The War Against the Commons: Dispossession and Resistance in the Making of Capitalism

The War Against the Commons: Dispossession and Resistance in the Making of Capitalism

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Author/Contributor(s): Angus, Ian
Publisher: Monthly Review Press
Date: 05/02/2023
Binding: Paperback
Condition: NEW

A unique historical account of poor peoples' self-defence strategies in the face of the plunder of their lands and labor

For five centuries, the development of capitalism has been inextricably connected to the expropriation of working people from the land they depended on for subsistence. Through ruling class assaults known as enclosures or clearances, shared common land became privately-owned capital, and peasant farmers became propertyless laborers who could only survive by working for the owners of land or capital.

As Ian Angus documents in The War Against the Commons, mass opposition to dispossession has never ceased. His dramatic account provides new insights into an opposition that ranged from stubborn non-compliance to open rebellion, including eyewitness accounts of campaigns in which thousands of protestors tore down fences and restored common access to pastures and forests. Such movements, he shows, led to the Diggers' call for a new society based on shared ownership and use of the land, an appeal that was more sophisticated and radical than anything else written before the 1800s.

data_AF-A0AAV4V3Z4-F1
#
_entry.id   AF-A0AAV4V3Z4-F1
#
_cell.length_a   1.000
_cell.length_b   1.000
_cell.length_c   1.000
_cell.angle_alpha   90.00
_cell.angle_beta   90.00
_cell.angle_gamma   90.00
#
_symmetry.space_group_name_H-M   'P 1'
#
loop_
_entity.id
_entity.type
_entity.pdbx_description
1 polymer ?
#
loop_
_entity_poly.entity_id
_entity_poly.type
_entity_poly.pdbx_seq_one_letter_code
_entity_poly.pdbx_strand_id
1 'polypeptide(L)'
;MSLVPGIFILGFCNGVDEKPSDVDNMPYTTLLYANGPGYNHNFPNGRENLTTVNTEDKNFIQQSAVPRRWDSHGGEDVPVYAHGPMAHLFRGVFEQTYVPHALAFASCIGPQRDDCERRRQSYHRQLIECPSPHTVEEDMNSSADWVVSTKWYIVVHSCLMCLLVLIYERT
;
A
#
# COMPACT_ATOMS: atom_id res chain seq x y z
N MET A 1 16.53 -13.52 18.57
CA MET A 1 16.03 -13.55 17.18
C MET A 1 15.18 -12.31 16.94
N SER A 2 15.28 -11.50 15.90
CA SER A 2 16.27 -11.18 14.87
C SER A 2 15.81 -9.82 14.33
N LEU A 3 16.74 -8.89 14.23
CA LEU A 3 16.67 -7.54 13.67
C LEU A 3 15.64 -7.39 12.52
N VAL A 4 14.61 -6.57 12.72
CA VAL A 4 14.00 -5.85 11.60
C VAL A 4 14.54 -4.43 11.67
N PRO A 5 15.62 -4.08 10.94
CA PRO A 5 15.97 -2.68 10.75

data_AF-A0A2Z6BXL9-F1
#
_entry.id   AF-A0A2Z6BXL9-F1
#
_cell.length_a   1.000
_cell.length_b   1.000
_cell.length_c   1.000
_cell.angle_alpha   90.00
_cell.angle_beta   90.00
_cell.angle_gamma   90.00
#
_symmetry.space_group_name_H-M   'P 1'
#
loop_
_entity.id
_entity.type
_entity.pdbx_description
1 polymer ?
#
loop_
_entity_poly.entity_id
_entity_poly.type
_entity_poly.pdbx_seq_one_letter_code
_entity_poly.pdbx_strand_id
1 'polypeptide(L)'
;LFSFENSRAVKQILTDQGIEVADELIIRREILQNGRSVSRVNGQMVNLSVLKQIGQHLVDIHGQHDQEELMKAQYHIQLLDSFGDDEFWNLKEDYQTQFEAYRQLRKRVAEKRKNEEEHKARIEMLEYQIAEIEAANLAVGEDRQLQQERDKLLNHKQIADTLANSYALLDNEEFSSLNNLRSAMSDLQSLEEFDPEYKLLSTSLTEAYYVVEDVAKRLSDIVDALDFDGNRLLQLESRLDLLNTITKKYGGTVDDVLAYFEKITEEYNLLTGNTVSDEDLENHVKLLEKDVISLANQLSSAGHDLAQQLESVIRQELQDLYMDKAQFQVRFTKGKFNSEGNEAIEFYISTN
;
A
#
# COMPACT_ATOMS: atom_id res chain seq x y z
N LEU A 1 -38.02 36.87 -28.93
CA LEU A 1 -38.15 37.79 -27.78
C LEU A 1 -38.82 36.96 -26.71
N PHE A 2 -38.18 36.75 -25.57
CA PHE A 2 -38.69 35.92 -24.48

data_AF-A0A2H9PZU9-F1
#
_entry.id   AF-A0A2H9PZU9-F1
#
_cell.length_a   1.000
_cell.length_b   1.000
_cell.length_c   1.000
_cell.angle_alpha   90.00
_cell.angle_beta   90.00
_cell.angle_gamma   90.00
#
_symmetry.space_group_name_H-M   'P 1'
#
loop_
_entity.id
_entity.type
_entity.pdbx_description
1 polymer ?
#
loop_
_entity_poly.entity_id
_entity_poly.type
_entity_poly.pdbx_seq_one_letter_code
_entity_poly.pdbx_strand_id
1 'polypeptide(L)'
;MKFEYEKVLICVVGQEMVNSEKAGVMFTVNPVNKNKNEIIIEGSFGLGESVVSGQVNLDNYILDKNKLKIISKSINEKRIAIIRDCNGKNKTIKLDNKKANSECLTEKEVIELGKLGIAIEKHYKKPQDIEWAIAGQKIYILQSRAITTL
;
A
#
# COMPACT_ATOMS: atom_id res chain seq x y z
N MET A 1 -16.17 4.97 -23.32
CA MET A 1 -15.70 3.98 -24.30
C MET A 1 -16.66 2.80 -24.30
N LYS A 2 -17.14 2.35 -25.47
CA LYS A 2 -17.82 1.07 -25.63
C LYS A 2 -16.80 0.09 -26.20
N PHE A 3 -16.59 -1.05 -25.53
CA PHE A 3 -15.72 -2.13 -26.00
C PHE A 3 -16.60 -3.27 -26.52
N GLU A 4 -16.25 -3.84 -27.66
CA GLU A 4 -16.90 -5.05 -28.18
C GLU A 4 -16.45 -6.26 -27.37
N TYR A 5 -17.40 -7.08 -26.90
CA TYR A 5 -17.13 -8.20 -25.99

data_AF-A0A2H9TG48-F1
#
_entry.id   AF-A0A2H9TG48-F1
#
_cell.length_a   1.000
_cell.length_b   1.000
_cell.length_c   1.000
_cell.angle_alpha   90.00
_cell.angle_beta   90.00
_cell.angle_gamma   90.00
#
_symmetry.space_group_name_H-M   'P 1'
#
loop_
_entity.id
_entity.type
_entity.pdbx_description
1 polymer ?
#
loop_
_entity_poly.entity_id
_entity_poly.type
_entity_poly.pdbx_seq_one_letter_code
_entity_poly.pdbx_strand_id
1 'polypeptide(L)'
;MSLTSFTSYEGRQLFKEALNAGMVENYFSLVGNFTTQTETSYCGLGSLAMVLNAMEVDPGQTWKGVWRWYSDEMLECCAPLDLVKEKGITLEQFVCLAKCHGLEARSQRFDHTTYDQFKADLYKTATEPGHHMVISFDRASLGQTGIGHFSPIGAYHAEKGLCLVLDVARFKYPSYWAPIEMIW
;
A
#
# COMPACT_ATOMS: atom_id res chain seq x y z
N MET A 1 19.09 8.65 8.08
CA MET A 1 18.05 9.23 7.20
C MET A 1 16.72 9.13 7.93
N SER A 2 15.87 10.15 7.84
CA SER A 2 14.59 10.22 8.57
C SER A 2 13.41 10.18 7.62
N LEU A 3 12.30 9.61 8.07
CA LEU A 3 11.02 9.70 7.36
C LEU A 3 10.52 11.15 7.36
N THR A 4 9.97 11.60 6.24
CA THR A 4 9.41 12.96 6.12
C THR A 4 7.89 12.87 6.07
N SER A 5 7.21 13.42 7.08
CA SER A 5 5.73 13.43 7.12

Contrary to many accounts that treat the reorganization of agriculture as a purely domestic matter, Angus shows that there were close connections between the enclosures in Britain and imperial expansion. The consolidation of some of the largest estates in England and Scotland was directly financed by the forced labor of African slaves and the colonial plunder of India.

This unique historical account of ruling class robbery and poor peoples' resistance offers answers to key questions about the history of capitalism. Was enclosure a "necessary evil" that enabled economic growth? What role did deliberate promotion of hunger play in the creation of the working class? How did Marx and Engels view the separation of workers from the land, and how does resistance to enclosure continue in the 21st century?